BAR HARBOR, Maine — Intermittent stormy weather has been having an effect on cruise ship visits to Maine’s busiest cruise ship port, which likely will result in fewer visits than the 120 that had been expected for the 2010 season.
Hurricane Earl, which at one point was projected to pass near the Maine coast, caused a handful of cancellations earlier this month. This weekend, concerns about possible swells from Hurricane Igor resulted in the town taking up its float ramps on the eastern side of the municipal pier. The Independence, a small cruise ship that usually ties up to the pier when it visits Bar Harbor, canceled its scheduled Sunday visit because the ramps had been removed.
But according to harbor master Charlie Phippen, the outlook for Bar Harbor’s cruise ship season remains good. There have been nine cancellations so far this year, which puts Bar Harbor on pace to host 111 ships by the end of October. Of those nine cancellations, only one was for a big ship. The rest were for visits by ships that, like the Independence, are small enough to tie up to the town pier, he said.
“We’d have to get a lot of cancellations not to get our busiest year ever,” Phippen said.
Phippen said Saturday that adverse weather could end up boosting Bar Harbor’s cruise ship visits, too. He received an inquiry a few days ago from Holland America, which owns and operates the 1,350-passenger ship Veendam, about whether the ship might be able to stop in Bar Harbor on Sept. 22. Phippen, who said the date is available, said the ship is scheduled to visit Bermuda around that time but may change its itinerary because of Hurricane Igor.
Around midday Saturday, Igor was located about 400 miles south of Bermuda with maximum sustained winds of 105 mph. It was headed north-northwest and expected to curve toward the British Atlantic territory.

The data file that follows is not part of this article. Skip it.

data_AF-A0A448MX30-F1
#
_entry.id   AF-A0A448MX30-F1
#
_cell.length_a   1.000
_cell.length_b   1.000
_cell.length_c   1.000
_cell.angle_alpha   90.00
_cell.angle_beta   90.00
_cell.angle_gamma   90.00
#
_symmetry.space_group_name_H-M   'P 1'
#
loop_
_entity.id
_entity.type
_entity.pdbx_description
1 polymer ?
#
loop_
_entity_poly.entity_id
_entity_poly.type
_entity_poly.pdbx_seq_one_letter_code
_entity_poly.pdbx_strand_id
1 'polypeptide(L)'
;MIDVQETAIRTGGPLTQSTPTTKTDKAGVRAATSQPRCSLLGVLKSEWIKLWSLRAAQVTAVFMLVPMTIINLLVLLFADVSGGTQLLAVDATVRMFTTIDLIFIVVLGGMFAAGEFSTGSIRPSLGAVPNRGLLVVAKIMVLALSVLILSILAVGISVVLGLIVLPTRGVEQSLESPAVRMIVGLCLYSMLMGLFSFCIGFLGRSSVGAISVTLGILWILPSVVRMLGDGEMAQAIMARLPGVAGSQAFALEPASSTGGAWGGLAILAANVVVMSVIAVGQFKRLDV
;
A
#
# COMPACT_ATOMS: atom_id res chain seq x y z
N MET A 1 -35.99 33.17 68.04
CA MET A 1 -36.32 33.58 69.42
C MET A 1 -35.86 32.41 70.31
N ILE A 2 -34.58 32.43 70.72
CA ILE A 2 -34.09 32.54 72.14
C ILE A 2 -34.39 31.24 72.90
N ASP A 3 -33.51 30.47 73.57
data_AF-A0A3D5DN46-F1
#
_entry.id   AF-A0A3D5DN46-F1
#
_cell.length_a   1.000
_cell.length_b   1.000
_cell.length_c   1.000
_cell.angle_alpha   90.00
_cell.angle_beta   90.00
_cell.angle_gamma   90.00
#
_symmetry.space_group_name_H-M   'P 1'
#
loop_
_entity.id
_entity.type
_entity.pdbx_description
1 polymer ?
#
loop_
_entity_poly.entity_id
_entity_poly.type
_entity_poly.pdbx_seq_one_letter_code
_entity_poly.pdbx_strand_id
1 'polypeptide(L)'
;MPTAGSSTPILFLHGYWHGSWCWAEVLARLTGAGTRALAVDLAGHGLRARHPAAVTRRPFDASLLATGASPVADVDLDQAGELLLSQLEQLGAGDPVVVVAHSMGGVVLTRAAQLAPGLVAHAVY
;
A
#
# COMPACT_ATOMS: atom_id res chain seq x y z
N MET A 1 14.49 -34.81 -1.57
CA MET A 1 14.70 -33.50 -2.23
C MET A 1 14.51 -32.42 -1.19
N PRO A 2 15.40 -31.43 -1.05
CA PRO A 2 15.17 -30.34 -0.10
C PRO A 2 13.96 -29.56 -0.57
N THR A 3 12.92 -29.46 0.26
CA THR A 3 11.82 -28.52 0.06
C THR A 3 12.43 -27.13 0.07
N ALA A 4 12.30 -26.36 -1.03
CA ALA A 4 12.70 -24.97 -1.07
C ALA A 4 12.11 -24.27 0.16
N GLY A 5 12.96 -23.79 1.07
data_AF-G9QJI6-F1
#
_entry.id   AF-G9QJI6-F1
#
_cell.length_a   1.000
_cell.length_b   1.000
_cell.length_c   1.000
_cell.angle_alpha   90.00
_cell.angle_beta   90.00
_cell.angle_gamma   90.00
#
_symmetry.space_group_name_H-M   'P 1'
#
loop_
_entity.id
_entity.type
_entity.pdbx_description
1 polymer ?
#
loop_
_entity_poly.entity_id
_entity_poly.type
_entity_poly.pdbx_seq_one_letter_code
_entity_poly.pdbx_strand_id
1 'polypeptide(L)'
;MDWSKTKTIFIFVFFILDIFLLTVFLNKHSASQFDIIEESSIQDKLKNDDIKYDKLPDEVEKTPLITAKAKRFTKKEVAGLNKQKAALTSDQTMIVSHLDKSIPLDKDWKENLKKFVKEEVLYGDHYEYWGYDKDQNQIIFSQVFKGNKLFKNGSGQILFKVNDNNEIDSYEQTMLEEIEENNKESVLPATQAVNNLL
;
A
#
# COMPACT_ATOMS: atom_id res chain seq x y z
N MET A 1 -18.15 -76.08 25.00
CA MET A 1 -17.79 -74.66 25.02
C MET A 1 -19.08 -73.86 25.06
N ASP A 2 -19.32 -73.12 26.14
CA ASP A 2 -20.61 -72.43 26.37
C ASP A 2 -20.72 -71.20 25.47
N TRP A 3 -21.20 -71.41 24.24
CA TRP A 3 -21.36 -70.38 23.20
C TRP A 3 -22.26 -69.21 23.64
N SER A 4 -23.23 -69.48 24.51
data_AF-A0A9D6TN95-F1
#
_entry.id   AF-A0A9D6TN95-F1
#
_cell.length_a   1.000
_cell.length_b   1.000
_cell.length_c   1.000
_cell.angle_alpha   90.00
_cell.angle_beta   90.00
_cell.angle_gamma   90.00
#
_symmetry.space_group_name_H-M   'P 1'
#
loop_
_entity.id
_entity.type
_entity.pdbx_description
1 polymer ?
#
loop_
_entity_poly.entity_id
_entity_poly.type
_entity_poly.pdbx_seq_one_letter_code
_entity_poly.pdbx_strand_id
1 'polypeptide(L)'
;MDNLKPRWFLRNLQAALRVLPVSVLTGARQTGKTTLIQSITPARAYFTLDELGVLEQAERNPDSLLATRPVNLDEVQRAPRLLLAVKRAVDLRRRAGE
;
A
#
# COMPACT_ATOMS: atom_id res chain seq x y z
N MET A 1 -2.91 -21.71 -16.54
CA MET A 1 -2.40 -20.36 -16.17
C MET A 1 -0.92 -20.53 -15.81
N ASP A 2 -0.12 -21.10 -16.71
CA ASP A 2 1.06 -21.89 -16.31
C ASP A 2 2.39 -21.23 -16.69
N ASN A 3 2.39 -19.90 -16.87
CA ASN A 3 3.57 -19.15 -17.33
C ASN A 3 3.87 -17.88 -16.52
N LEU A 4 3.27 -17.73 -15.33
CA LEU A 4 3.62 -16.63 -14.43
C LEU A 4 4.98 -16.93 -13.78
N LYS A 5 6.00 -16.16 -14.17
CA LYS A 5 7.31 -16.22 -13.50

Bar Harbor, which had only 22 cruise ship visits in 1990, had its highest number of cruise ship visits in 2008 with 97, while last year it had 92. Bar Harbor is expected to host nearly 145,000 cruise ship visitors this year, which according to economic studies likely will bring between $10 million and $15 million in direct cruise ship passenger spending to the Mount Desert Island area in 2010.
Fall is the busy time for cruise ships in Bar Harbor, which is expected to host more than 70 visits between Sept. 1 and Oct. 29. With that many visits, there often is more than one ship in town at the same time.
Norwegian Dawn and Costa Atlantica, each of which can hold more than 2,000 passengers, dropped anchor in Frenchman Bay on Thursday. Friday was a rare three-ship day in Bar Harbor, with the smallest of the three being the 382-passenger Silver Whisper.
Sept. 23 could be Bar Harbor’s busiest cruise ship day of the year. Norwegian Dawn, Crystal Symphony and Eurodam — which have a combined passenger capacity of nearly 5,300 passengers — all are expected to appear in Frenchman Bay that morning.
Portland, Maine’s second-busiest cruise ship port, is expected to host 45 visits and more than 70,000 cruise ship passengers this year, according to CruiseMaineUSA, a cruise ship marketing organization. The ship Jewel of the Seas, which can carry more than 1,200 passengers, is expected to visit Rockland on Oct. 4, while smaller cruise ships, each carrying up to a couple of hundred passengers, have been making ports of call at other sites along the coast.
One of those ships, the 120-passenger Spirit of Oceanus, was scheduled to stop in Eastport on Sept. 23 and in Bar Harbor on Sept. 24. Those visits have been canceled because the ship recently was sold to new owners, according to Phippen and cruise industry reports.
According to Cruise Lines International Association, the cruise ship industry contributed $29 million in direct spending to Maine’s economy and generated more than 500 jobs in the state in 2008.